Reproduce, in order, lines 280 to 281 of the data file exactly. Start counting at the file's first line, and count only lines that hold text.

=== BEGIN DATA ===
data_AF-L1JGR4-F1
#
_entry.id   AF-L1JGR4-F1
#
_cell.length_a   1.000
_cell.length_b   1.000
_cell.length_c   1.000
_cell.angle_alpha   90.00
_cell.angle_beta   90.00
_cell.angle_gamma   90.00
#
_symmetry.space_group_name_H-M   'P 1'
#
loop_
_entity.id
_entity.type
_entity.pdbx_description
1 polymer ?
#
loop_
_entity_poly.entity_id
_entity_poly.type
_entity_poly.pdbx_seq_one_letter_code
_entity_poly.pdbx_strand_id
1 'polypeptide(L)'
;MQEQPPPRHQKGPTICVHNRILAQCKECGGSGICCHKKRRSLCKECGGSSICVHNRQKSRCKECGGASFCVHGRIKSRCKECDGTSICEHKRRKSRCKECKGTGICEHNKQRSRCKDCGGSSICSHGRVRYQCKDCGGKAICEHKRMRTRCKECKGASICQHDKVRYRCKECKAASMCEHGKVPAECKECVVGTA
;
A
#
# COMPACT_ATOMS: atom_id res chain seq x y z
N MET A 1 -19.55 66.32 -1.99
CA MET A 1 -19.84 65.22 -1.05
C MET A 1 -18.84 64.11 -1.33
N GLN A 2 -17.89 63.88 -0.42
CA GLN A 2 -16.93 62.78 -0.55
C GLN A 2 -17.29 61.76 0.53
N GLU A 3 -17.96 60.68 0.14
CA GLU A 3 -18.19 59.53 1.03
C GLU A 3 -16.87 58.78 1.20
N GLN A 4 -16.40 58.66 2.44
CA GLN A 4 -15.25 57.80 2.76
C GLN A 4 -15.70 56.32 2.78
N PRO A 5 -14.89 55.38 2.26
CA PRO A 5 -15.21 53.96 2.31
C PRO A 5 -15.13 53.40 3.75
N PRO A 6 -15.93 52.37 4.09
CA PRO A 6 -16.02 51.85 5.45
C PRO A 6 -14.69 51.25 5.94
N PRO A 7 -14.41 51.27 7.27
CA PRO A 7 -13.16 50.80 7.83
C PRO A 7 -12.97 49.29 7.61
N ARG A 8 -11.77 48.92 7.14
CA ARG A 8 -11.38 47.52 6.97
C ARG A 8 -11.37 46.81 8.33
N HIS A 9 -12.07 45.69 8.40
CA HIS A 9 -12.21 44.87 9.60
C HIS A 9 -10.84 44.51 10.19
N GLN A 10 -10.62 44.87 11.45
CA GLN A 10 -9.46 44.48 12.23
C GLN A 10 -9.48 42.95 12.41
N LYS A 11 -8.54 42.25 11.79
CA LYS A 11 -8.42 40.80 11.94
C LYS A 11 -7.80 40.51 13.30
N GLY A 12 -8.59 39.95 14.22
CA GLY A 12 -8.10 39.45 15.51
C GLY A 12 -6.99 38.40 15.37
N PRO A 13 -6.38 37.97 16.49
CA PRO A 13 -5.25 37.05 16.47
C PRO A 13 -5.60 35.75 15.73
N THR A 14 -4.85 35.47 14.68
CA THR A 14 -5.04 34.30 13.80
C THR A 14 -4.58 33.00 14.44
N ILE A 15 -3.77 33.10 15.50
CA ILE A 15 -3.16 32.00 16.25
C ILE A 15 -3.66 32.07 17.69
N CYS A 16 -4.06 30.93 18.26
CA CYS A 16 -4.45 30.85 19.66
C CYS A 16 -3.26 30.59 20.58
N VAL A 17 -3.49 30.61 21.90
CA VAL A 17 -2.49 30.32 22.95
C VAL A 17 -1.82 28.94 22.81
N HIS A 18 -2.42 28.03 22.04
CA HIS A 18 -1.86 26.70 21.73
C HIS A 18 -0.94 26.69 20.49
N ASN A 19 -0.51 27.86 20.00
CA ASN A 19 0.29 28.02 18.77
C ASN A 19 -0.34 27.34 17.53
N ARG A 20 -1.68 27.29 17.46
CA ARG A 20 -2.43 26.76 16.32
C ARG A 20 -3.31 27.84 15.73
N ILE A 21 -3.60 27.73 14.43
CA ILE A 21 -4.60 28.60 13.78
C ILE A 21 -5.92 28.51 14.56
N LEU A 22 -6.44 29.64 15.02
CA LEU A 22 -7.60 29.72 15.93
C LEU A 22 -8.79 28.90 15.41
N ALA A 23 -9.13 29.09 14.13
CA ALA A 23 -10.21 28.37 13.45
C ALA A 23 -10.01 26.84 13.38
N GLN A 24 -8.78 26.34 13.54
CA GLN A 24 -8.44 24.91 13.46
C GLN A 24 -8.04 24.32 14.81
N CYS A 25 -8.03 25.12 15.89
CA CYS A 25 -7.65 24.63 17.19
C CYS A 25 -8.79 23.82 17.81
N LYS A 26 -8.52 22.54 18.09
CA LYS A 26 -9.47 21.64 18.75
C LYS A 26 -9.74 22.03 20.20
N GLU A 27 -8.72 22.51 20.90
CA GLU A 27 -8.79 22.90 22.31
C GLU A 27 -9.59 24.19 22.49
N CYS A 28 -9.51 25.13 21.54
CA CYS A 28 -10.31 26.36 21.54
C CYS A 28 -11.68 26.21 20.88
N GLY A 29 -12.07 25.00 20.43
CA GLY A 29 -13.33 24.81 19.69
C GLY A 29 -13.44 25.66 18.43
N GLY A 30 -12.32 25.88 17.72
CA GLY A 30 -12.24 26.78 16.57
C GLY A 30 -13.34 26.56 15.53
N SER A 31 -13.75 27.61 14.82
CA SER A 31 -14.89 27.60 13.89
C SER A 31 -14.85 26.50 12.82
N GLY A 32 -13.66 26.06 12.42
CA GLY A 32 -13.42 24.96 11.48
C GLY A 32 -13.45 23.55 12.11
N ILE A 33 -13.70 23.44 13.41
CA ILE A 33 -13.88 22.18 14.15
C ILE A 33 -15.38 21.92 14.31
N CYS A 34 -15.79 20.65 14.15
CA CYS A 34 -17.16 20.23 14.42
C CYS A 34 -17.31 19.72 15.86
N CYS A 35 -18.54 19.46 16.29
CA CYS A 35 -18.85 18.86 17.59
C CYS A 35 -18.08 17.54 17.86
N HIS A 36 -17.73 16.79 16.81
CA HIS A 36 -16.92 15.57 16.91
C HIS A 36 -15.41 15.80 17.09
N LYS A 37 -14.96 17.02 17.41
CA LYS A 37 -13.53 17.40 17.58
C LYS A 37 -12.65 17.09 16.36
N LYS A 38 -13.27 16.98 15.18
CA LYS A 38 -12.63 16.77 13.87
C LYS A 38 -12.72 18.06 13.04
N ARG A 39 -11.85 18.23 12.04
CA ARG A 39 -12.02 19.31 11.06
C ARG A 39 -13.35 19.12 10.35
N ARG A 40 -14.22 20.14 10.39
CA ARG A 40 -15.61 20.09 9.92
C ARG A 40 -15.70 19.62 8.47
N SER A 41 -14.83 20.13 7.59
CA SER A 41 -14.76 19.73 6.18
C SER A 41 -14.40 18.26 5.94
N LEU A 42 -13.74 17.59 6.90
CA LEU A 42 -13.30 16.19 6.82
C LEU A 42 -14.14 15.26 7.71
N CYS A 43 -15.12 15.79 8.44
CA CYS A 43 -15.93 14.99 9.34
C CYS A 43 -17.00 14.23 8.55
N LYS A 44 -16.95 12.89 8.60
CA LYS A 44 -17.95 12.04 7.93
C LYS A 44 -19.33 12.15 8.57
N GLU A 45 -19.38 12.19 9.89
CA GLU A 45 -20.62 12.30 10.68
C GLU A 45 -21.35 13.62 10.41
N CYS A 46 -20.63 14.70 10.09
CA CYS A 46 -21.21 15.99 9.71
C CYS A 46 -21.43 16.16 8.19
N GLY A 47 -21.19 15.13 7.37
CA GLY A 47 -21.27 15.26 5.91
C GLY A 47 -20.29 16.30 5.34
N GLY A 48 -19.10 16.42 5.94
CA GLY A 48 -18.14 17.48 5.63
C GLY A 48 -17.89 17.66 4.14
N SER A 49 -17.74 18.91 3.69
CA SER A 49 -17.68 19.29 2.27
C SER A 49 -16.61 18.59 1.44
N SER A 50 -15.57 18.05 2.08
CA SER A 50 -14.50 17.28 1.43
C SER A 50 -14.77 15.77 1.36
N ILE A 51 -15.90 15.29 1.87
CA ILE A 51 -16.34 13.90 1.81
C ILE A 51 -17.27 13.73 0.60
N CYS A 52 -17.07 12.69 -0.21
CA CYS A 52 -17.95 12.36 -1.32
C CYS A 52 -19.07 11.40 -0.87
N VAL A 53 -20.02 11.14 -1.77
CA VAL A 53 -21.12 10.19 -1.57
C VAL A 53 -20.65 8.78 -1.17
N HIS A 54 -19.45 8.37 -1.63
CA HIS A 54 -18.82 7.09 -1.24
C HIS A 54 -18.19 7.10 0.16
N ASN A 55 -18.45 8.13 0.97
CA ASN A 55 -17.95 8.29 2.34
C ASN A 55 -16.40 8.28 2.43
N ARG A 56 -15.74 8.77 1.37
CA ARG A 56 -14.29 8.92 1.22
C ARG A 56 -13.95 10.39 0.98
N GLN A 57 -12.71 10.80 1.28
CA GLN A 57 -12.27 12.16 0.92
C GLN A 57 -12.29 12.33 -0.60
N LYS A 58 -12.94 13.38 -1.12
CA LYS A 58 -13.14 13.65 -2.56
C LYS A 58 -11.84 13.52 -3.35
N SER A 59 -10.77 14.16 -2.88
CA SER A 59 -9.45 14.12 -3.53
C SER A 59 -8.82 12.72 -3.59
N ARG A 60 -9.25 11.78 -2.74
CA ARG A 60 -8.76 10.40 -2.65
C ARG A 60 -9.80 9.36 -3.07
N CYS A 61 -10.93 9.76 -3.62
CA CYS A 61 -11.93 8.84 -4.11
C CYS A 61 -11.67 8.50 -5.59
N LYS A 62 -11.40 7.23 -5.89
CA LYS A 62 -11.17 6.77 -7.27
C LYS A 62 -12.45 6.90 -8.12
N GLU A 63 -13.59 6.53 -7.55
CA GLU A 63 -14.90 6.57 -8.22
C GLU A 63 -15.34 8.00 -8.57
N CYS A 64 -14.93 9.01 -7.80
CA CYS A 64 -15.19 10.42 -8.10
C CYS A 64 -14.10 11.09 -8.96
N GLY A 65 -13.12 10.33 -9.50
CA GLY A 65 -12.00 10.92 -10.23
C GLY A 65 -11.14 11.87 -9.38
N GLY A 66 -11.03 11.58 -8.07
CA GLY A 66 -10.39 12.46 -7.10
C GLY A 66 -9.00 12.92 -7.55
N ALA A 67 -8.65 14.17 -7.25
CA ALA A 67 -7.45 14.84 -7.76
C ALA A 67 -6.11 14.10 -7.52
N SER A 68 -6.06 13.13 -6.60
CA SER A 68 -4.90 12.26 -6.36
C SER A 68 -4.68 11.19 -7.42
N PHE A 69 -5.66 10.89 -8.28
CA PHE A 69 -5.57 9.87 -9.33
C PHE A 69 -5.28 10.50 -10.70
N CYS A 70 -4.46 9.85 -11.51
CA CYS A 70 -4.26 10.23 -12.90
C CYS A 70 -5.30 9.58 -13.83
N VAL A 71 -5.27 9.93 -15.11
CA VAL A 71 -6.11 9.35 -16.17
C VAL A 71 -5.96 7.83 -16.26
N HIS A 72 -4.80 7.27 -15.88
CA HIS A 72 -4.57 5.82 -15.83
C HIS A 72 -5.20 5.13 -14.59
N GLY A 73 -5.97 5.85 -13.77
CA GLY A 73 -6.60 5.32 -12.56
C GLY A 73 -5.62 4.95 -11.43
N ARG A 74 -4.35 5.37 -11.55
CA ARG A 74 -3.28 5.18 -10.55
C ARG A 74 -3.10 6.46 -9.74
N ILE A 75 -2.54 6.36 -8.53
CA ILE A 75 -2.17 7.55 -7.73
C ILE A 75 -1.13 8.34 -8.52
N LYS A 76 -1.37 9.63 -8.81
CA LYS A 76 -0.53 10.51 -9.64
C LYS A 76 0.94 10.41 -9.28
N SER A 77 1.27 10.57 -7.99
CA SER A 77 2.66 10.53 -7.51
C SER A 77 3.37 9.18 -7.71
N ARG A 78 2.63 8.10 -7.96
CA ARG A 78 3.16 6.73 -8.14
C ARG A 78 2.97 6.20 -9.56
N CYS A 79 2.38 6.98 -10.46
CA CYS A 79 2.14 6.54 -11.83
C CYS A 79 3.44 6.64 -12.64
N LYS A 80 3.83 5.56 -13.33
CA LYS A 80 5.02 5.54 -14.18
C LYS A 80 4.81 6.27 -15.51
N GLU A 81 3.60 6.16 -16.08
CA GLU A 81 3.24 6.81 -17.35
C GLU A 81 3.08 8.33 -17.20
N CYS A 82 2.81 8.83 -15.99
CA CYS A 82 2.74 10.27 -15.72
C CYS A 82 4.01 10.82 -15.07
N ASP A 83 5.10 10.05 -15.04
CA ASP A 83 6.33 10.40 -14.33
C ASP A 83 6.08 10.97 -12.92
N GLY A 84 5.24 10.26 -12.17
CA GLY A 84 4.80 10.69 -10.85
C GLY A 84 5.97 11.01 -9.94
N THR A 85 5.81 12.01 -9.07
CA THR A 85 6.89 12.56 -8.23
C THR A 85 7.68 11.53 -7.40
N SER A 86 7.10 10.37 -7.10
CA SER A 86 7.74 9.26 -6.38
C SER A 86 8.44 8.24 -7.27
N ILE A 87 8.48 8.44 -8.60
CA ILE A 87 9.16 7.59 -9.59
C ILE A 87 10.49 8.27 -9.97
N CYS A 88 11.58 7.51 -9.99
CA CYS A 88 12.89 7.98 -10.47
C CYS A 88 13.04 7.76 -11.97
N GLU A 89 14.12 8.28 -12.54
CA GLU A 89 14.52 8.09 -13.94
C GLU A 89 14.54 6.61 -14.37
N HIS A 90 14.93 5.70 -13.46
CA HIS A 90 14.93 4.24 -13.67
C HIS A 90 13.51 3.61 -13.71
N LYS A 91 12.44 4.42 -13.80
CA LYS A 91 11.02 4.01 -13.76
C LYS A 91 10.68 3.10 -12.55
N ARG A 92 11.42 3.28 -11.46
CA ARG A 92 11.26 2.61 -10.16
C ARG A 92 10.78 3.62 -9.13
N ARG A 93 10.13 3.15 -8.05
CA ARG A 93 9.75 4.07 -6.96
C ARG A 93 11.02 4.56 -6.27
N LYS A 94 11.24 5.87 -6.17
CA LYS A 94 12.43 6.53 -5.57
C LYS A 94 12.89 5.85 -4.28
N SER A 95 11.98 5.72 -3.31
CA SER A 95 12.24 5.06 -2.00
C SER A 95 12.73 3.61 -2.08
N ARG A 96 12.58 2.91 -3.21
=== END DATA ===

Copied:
N GLY A 84 5.24 10.26 -12.17
CA GLY A 84 4.80 10.69 -10.85